Degree Type

Dissertation

Date of Award

2011

Degree Name

Doctor of Philosophy

Department

Educational Leadership and Policy Studies

First Advisor

Frankie S. Laanan

Abstract

This research examined positive and negative aspects of high school students earning college credit. Precollege characteristics--high school academic performance, college credit earned in high school, and academic performance during the first year of college--were analyzed to predict student persistence to the second year of college. Academic performance and persistence rate to the second year of college were compared between students who had and had not earned college credit in high school. Consistently, for each of the five years, the first-semester college mean GPA was always higher among students who had earned college credit in high school than that of students who had not. Also, on average, students who earned college credit in high school were 9% more likely to persist to the second year of college than students who had not.

Four sequential logistic regression models were developed to analyze the relationships between independent variables (gender, race, first-generation status, high school GPA, ACT score, AP credit, PSEO credit, CC credit, no college credit, and first- and second-semester college GPA), and to assess the contribution of each independent variable on the dependent variable, persistence to the second year of college:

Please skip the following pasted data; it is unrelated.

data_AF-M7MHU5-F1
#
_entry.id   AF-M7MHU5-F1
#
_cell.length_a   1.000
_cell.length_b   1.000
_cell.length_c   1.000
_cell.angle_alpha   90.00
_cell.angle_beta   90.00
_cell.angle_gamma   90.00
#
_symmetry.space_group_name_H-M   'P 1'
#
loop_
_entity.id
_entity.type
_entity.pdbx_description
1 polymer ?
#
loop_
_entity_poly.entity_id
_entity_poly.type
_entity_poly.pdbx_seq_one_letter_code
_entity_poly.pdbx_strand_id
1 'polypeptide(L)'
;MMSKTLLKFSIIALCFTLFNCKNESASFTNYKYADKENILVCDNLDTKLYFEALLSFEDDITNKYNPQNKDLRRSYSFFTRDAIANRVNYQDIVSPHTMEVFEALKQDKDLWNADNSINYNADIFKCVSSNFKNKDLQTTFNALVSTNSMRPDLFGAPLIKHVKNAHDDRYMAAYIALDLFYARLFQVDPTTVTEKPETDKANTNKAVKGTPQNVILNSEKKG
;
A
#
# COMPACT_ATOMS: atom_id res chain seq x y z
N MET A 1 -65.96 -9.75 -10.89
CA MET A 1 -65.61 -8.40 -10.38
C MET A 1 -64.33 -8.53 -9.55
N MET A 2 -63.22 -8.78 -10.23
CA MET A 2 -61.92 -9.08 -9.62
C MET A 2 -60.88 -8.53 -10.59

* Models one and two examined the quantity of different types of college credit earned in high school and the high school cumulative GPA. The high school GPA variable contributed the most to predicting student persistence to the second year of college.

* Model three identified four variables (listed in order of highest predictability): post-first-semester cumulative college GPA, gender, no college credit (dichotomous), and ACT score.

* Model four identified three predictor variables (listed in order of highest predictability): post-second-semester cumulative college GPA, gender, and ACT score.

College officials could use these models strategically to help all student populations persist to the second year of college.

DOI

https://doi.org/10.31274/etd-180810-2181

Copyright Owner

Brenda Caroline Buzynski

Language

en

Date Available

2012-04-28

File Format

application/pdf

File Size

271 pages

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